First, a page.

What to Include in a Social Media Policy for Employees
These days, social media is an integral part of our daily personal and professional lives. As a business owner or manager, you are likely promoting new products on your company's Facebook page; engaging with your fans on Twitter; and communicating with your future employees on LinkedIn. Regardless of the size of business, companies and organizations benefit from social media. In fact, it is safe to say the way we communicate with stakeholders has completely changed in the past decade.
At the same time, social media has brought a new set of risks and challenges to businesses such as: 1) The ease in which a company’s reputation can be damaged; 2) The risk of leaking confidential company and client information; and 3) The increased risk of liability and lawsuits. For example, a few years ago the picture of a fast food employee licking taco shells in the kitchen of a major Mexican restaurant went viral on the internet and caused severe widespread damage to the company’s reputation. Just one inappropriate incident on social media, even if it is not the company’s fault, can destroy brand image and customer loyalty.
Today, I am going to share an ultimate guide to build an employee social media policy that can help protect your company from a social media crisis. Having an effective social media policy in place can dramatically lower the risk of a public relations crisis and help your employees feel more confident in using social media to communicate with your company or brand.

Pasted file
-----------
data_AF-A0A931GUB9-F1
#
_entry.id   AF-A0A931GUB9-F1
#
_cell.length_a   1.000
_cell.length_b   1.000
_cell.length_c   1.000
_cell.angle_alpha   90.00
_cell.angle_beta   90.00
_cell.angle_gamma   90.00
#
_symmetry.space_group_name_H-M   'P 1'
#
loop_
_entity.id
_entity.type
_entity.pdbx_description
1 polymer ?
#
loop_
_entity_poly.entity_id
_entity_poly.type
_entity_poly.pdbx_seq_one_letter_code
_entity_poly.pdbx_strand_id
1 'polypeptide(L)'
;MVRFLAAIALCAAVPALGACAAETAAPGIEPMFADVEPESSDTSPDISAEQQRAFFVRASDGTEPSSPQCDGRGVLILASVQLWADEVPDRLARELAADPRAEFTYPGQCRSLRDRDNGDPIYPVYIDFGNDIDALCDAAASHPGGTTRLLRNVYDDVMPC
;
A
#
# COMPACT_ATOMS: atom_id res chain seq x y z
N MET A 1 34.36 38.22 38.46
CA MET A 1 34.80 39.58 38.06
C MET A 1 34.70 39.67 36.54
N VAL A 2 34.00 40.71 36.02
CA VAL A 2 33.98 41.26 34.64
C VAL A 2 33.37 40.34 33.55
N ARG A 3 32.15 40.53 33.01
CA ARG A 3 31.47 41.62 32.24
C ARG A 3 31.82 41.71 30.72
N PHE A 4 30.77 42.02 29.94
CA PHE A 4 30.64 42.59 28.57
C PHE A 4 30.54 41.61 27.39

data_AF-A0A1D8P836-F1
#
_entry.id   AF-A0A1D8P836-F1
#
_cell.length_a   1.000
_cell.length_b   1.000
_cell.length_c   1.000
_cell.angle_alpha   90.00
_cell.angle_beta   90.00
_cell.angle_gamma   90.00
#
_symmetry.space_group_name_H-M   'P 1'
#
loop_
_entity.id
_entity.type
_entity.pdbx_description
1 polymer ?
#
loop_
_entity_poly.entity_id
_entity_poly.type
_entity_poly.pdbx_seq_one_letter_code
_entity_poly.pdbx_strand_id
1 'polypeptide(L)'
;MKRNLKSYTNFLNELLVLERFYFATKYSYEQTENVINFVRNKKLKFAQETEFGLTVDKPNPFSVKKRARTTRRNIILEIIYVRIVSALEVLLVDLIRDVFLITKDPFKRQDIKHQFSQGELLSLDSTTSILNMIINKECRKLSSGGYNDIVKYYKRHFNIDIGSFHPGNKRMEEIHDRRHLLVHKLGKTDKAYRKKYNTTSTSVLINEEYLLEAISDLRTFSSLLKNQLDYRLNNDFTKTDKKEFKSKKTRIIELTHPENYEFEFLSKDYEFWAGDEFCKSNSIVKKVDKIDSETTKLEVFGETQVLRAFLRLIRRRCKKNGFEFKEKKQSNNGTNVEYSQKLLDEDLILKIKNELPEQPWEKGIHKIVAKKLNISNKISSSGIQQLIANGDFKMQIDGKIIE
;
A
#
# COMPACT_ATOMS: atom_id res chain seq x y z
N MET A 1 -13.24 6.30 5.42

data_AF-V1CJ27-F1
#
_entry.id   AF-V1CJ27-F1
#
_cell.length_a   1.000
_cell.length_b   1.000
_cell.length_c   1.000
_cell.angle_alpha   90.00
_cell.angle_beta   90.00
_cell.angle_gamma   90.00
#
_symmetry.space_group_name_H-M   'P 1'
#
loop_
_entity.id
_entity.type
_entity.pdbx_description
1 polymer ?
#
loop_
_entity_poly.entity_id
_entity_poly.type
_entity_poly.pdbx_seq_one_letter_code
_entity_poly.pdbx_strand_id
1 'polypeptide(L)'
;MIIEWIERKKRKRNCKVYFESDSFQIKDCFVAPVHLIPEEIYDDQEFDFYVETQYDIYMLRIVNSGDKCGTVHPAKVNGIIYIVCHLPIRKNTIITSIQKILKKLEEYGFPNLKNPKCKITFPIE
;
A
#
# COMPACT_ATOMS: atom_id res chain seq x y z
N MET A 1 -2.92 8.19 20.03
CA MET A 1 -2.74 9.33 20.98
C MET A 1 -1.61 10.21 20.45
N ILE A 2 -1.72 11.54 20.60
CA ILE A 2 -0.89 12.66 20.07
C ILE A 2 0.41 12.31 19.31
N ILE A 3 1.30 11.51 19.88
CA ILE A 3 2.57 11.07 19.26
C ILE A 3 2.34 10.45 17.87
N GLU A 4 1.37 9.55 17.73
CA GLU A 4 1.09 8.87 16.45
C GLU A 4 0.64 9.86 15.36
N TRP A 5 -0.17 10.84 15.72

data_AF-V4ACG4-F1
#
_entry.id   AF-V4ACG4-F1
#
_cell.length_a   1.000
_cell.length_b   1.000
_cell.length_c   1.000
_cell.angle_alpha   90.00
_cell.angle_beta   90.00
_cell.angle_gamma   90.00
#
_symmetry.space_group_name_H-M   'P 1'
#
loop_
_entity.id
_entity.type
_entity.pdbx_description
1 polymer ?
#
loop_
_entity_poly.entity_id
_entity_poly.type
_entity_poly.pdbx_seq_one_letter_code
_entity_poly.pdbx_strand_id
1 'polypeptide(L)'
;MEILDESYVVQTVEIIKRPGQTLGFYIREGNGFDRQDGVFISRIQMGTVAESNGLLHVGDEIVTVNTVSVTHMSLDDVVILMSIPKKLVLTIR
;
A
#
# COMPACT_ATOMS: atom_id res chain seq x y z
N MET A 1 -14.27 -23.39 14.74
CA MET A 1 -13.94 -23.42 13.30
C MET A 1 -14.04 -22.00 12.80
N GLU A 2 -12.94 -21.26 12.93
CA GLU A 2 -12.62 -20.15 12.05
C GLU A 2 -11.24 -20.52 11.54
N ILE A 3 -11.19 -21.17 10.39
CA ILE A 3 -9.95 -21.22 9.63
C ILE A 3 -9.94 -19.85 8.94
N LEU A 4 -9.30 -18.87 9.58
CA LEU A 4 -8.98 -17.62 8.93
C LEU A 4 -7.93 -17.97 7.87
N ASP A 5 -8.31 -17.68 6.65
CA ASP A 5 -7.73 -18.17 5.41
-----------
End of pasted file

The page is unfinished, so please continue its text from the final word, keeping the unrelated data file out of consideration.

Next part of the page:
Major Social Media risks for companies and how to avoid them
Let's talk about the major risks your company may face when it comes to using social media. It is essential to control the content of your "official account" when communicating with the stakeholders of your company. At the same time, it is important to have guidelines regulating the use of social media by employees as it pertains to matters directly impacting the company. Without a well-written social media policy, your company might be facing an embarrassing public relations nightmare or even a lawsuit.
1) Flaming caused by inappropriate or off-brand posts
Even though your employees post about your company from their personal social media account, remember people still associate the post with your company, especially if the post is inappropriate or off-brand. Sometimes employees make jokes, have controversial opinions, and take reckless actions (such as the Mexican restaurant crisis mentioned above).
It is important to educate employees regarding what is considered off-limits, and the potential damage that might be caused by inappropriate posts. Also, it may be necessary for employees who post company related comments to state their comments are personal and do not reflect the opinion of the company.
2) Confidential Information Leaks